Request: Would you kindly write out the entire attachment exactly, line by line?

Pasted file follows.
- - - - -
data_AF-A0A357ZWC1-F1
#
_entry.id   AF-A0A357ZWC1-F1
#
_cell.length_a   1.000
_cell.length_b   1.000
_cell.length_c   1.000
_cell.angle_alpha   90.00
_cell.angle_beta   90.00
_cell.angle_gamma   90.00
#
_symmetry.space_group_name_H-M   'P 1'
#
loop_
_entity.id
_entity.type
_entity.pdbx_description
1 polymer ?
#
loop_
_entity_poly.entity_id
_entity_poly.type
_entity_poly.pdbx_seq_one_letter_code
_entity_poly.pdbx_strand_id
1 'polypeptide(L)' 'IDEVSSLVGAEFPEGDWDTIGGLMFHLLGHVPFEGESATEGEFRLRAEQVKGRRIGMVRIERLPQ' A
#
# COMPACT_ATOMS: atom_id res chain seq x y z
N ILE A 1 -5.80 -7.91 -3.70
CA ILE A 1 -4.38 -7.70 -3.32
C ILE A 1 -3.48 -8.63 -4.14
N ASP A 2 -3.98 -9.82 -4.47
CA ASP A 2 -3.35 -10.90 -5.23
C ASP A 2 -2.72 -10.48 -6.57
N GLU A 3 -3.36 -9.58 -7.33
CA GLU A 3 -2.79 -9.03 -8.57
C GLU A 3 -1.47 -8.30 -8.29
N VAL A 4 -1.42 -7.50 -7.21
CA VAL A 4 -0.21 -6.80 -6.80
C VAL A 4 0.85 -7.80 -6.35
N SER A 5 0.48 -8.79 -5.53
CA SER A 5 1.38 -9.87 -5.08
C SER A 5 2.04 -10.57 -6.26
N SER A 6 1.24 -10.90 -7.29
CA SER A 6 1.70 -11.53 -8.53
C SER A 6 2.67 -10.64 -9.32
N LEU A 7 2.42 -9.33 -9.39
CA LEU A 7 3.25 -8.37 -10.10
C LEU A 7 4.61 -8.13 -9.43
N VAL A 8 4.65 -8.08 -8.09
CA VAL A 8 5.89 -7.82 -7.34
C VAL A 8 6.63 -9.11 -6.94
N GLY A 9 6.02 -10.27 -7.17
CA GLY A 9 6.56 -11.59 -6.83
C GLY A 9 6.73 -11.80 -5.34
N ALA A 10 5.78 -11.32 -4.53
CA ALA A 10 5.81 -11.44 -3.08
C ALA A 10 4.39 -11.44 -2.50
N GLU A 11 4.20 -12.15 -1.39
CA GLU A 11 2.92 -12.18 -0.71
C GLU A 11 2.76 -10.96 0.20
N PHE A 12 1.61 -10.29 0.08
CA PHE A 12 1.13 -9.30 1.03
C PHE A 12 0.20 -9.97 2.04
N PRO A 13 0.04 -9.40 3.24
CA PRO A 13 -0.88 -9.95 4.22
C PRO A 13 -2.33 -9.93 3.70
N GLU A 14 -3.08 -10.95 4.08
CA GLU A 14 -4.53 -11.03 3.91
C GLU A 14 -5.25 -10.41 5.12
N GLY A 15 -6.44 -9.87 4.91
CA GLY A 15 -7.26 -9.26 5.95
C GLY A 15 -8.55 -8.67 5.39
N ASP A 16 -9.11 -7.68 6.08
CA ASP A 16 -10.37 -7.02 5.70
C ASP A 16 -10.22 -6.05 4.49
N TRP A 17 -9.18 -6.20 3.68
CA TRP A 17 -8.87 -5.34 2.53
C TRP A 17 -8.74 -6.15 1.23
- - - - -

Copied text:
data_AF-A0A357ZWC1-F1
#
_entry.id   AF-A0A357ZWC1-F1
#
_cell.length_a   1.000
_cell.length_b   1.000
_cell.length_c   1.000
_cell.angle_alpha   90.00
_cell.angle_beta   90.00
_cell.angle_gamma   90.00
#
_symmetry.space_group_name_H-M   'P 1'
#
loop_
_entity.id
_entity.type
_entity.pdbx_description
1 polymer ?
#
loop_
_entity_poly.entity_id
_entity_poly.type
_entity_poly.pdbx_seq_one_letter_code
_entity_poly.pdbx_strand_id
1 'polypeptide(L)' 'IDEVSSLVGAEFPEGDWDTIGGLMFHLLGHVPFEGESATEGEFRLRAEQVKGRRIGMVRIERLPQ' A
#
# COMPACT_ATOMS: atom_id res chain seq x y z
N ILE A 1 -5.80 -7.91 -3.70
CA ILE A 1 -4.38 -7.70 -3.32
C ILE A 1 -3.48 -8.63 -4.14
N ASP A 2 -3.98 -9.82 -4.47
CA ASP A 2 -3.35 -10.90 -5.23
C ASP A 2 -2.72 -10.48 -6.57
N GLU A 3 -3.36 -9.58 -7.33
CA GLU A 3 -2.79 -9.03 -8.57
C GLU A 3 -1.47 -8.30 -8.29
N VAL A 4 -1.42 -7.50 -7.21
CA VAL A 4 -0.21 -6.80 -6.80
C VAL A 4 0.85 -7.80 -6.35
N SER A 5 0.48 -8.79 -5.53
CA SER A 5 1.38 -9.87 -5.08
C SER A 5 2.04 -10.57 -6.26
N SER A 6 1.24 -10.90 -7.29
CA SER A 6 1.70 -11.53 -8.53
C SER A 6 2.67 -10.64 -9.32
N LEU A 7 2.42 -9.33 -9.39
CA LEU A 7 3.25 -8.37 -10.10
C LEU A 7 4.61 -8.13 -9.43
N VAL A 8 4.65 -8.08 -8.09
CA VAL A 8 5.89 -7.82 -7.34
C VAL A 8 6.63 -9.11 -6.94
N GLY A 9 6.02 -10.27 -7.17
CA GLY A 9 6.56 -11.59 -6.83
C GLY A 9 6.73 -11.80 -5.34
N ALA A 10 5.78 -11.32 -4.53
CA ALA A 10 5.81 -11.44 -3.08
C ALA A 10 4.39 -11.44 -2.50
N GLU A 11 4.20 -12.15 -1.39
CA GLU A 11 2.92 -12.18 -0.71
C GLU A 11 2.76 -10.96 0.20
N PHE A 12 1.61 -10.29 0.08
CA PHE A 12 1.13 -9.30 1.03
C PHE A 12 0.20 -9.97 2.04
N PRO A 13 0.04 -9.40 3.24
CA PRO A 13 -0.88 -9.95 4.22
C PRO A 13 -2.33 -9.93 3.70
N GLU A 14 -3.08 -10.95 4.08
CA GLU A 14 -4.53 -11.03 3.91
C GLU A 14 -5.25 -10.41 5.12
N GLY A 15 -6.44 -9.87 4.91
CA GLY A 15 -7.26 -9.26 5.95
C GLY A 15 -8.55 -8.67 5.39
N ASP A 16 -9.11 -7.68 6.08
CA ASP A 16 -10.37 -7.02 5.70
C ASP A 16 -10.22 -6.05 4.49
N TRP A 17 -9.18 -6.20 3.68
CA TRP A 17 -8.87 -5.34 2.53
C TRP A 17 -8.74 -6.15 1.23